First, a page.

Students in Lecture-based Classes Perform More Poorly Than “Active-based” Classes

This seems obvious, but now we have some science to back it up.  In many engineering, science, and math classes, active-learning has increased grades, sometimes half a grade from an A- to a B+.  From the article itself:

Freeman and his co-authors based their findings on 225 studies of undergraduate education across all of the “STEM” areas: science, technology, engineering and mathematics. They found that 55 percent more students fail lecture-based courses than classes with at least some active learning. Two previous studies looked only at subsets of the STEM areas and none before considered failure rates.

On average across all the studies, a little more than one-third of students in traditional lecture classes failed — that is, they either withdrew or got Fs or Ds, which generally means they were ineligible to take more advanced courses. On average with active learning, a little more than one-fifth of students failed.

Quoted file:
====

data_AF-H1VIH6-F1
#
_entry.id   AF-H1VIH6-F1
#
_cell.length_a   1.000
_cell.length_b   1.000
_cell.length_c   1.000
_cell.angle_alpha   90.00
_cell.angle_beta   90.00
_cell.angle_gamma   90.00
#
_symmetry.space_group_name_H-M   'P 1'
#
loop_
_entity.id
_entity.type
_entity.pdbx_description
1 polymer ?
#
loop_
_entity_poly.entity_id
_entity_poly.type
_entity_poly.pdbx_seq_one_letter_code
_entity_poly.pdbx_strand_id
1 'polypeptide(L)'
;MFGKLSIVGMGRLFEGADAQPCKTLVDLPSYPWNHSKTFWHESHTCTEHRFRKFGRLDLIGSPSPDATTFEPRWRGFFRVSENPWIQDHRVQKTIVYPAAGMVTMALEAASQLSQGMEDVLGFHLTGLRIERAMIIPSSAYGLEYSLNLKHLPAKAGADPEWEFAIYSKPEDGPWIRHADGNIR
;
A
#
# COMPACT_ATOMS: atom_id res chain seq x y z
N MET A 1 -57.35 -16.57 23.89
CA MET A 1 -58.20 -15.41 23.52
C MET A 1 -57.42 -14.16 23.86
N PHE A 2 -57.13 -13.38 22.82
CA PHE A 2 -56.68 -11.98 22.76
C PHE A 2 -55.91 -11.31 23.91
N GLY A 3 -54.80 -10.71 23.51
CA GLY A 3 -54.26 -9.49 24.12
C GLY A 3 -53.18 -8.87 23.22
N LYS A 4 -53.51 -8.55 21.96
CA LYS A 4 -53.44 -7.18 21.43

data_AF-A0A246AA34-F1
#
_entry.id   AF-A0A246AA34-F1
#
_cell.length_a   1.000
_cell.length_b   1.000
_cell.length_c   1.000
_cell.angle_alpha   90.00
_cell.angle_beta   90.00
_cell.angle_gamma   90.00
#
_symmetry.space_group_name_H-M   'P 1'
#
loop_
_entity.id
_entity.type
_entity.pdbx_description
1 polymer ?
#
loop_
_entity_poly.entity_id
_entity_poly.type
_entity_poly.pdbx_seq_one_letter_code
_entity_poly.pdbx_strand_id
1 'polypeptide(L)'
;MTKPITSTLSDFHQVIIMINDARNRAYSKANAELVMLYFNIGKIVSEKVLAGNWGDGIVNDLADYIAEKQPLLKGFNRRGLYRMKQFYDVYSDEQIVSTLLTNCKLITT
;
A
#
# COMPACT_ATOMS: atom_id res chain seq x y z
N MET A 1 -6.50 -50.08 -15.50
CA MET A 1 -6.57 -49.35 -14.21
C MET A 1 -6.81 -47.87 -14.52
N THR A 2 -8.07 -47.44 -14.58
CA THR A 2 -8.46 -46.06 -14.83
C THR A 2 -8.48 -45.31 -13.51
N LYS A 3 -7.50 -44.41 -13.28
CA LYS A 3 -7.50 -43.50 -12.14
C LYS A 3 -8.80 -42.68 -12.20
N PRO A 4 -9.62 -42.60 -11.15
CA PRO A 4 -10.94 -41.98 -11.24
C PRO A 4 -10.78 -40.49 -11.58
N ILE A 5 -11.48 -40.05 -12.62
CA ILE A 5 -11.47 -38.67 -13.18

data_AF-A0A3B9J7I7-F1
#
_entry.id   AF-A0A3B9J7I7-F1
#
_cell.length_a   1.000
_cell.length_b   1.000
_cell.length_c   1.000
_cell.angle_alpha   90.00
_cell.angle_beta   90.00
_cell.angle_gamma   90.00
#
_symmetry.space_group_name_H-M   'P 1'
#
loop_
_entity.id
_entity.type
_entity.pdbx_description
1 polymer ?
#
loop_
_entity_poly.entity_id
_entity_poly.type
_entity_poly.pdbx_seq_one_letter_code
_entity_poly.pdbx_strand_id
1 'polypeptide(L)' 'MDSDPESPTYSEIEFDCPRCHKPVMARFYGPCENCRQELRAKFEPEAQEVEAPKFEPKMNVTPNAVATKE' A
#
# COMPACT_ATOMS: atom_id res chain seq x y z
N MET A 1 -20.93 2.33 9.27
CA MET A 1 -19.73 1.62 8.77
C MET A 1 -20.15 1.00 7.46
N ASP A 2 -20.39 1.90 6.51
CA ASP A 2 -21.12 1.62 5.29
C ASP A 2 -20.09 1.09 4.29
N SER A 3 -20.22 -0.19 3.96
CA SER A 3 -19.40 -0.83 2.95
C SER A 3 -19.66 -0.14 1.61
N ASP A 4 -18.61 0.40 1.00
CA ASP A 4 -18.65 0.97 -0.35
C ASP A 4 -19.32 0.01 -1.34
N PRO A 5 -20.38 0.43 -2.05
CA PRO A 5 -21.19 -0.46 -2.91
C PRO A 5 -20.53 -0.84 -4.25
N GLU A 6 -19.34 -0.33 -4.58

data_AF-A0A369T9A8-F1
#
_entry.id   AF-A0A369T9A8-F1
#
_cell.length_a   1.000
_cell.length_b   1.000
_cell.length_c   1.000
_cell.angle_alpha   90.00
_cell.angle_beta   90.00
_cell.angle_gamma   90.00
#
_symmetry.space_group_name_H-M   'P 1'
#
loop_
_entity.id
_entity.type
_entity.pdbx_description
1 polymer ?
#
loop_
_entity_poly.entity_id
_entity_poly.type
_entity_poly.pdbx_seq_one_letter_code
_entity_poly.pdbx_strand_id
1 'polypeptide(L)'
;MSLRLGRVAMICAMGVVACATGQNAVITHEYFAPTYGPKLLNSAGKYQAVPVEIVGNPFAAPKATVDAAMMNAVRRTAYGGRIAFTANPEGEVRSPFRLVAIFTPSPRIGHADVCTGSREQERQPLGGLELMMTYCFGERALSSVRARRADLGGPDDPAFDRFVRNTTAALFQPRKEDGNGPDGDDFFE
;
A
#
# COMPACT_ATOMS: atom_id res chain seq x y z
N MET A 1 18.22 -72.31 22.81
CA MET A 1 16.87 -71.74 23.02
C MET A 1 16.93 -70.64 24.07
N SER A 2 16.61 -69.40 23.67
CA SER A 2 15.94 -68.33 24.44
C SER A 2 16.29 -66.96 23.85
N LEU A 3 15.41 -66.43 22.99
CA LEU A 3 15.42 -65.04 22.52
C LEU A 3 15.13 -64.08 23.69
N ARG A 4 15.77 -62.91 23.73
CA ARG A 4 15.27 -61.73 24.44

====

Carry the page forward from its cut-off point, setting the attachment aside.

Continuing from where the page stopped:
I wouldn’t be surprised if a similar study happened within the humanities.

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About shaunmiller

I am a Ph. D student at Marquette University. The primary purpose of this blog is to get my ideas out there, and then have other people scrutinize, critique, build upon, and systematize beliefs. This blog will sometimes pertain to what I'm learning in my classes, but it will occasionally deal with non-classroom issues that I'm thinking about as well.
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